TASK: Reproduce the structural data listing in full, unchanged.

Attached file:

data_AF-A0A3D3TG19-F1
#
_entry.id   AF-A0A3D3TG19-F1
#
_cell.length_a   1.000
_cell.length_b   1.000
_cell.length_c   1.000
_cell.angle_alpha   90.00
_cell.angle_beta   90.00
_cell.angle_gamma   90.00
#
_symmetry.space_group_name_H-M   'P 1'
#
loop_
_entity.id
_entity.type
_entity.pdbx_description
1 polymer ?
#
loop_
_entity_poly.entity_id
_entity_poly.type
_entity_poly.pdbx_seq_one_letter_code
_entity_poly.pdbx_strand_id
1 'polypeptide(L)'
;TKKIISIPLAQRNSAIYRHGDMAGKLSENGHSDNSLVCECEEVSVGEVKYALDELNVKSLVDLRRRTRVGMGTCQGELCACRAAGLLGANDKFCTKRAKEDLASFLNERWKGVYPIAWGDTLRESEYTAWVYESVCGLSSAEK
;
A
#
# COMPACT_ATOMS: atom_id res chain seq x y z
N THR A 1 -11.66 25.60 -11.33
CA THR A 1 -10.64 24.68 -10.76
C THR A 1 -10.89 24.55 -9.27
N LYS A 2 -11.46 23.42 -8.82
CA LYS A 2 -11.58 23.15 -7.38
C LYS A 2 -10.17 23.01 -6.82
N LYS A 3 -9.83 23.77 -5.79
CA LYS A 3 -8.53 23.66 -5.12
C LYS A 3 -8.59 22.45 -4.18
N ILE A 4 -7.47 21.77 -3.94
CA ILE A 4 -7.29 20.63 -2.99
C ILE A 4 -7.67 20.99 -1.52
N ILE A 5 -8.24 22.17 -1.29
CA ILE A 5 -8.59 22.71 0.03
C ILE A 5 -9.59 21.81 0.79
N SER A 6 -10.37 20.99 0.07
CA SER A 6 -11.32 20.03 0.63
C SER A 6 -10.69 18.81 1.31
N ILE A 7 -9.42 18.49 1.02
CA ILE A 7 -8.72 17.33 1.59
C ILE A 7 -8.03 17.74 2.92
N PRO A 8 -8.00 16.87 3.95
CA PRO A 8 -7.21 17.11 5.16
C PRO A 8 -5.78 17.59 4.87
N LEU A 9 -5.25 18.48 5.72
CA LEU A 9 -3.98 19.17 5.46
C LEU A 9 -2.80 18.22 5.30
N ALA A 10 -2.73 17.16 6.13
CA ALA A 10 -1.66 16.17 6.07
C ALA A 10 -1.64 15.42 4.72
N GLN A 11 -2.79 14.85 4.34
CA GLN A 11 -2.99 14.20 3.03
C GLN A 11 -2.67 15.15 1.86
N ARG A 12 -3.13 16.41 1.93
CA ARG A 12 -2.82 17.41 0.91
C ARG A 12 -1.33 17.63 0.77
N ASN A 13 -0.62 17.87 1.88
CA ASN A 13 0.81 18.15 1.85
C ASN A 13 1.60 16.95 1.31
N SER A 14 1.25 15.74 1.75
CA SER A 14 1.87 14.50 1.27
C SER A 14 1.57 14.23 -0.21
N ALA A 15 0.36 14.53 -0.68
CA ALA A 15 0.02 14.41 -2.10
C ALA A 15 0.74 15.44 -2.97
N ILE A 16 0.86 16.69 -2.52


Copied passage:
data_AF-A0A3D3TG19-F1
#
_entry.id   AF-A0A3D3TG19-F1
#
_cell.length_a   1.000
_cell.length_b   1.000
_cell.length_c   1.000
_cell.angle_alpha   90.00
_cell.angle_beta   90.00
_cell.angle_gamma   90.00
#
_symmetry.space_group_name_H-M   'P 1'
#
loop_
_entity.id
_entity.type
_entity.pdbx_description
1 polymer ?
#
loop_
_entity_poly.entity_id
_entity_poly.type
_entity_poly.pdbx_seq_one_letter_code
_entity_poly.pdbx_strand_id
1 'polypeptide(L)'
;TKKIISIPLAQRNSAIYRHGDMAGKLSENGHSDNSLVCECEEVSVGEVKYALDELNVKSLVDLRRRTRVGMGTCQGELCACRAAGLLGANDKFCTKRAKEDLASFLNERWKGVYPIAWGDTLRESEYTAWVYESVCGLSSAEK
;
A
#
# COMPACT_ATOMS: atom_id res chain seq x y z
N THR A 1 -11.66 25.60 -11.33
CA THR A 1 -10.64 24.68 -10.76
C THR A 1 -10.89 24.55 -9.27
N LYS A 2 -11.46 23.42 -8.82
CA LYS A 2 -11.58 23.15 -7.38
C LYS A 2 -10.17 23.01 -6.82
N LYS A 3 -9.83 23.77 -5.79
CA LYS A 3 -8.53 23.66 -5.12
C LYS A 3 -8.59 22.45 -4.18
N ILE A 4 -7.47 21.77 -3.94
CA ILE A 4 -7.29 20.63 -2.99
C ILE A 4 -7.67 20.99 -1.52
N ILE A 5 -8.24 22.17 -1.29
CA ILE A 5 -8.59 22.71 0.03
C ILE A 5 -9.59 21.81 0.79
N SER A 6 -10.37 20.99 0.07
CA SER A 6 -11.32 20.03 0.63
C SER A 6 -10.69 18.81 1.31
N ILE A 7 -9.42 18.49 1.02
CA ILE A 7 -8.72 17.33 1.59
C ILE A 7 -8.03 17.74 2.92
N PRO A 8 -8.00 16.87 3.95
CA PRO A 8 -7.21 17.11 5.16
C PRO A 8 -5.78 17.59 4.87
N LEU A 9 -5.25 18.48 5.72
CA LEU A 9 -3.98 19.17 5.46
C LEU A 9 -2.80 18.22 5.30
N ALA A 10 -2.73 17.16 6.13
CA ALA A 10 -1.66 16.17 6.07
C ALA A 10 -1.64 15.42 4.72
N GLN A 11 -2.79 14.85 4.34
CA GLN A 11 -2.99 14.20 3.03
C GLN A 11 -2.67 15.15 1.86
N ARG A 12 -3.13 16.41 1.93
CA ARG A 12 -2.82 17.41 0.91
C ARG A 12 -1.33 17.63 0.77
N ASN A 13 -0.62 17.87 1.88
CA ASN A 13 0.81 18.15 1.85
C ASN A 13 1.60 16.95 1.31
N SER A 14 1.25 15.74 1.75
CA SER A 14 1.87 14.50 1.27
C SER A 14 1.57 14.23 -0.21
N ALA A 15 0.36 14.53 -0.68
CA ALA A 15 0.02 14.41 -2.10
C ALA A 15 0.74 15.44 -2.97
N ILE A 16 0.86 16.69 -2.52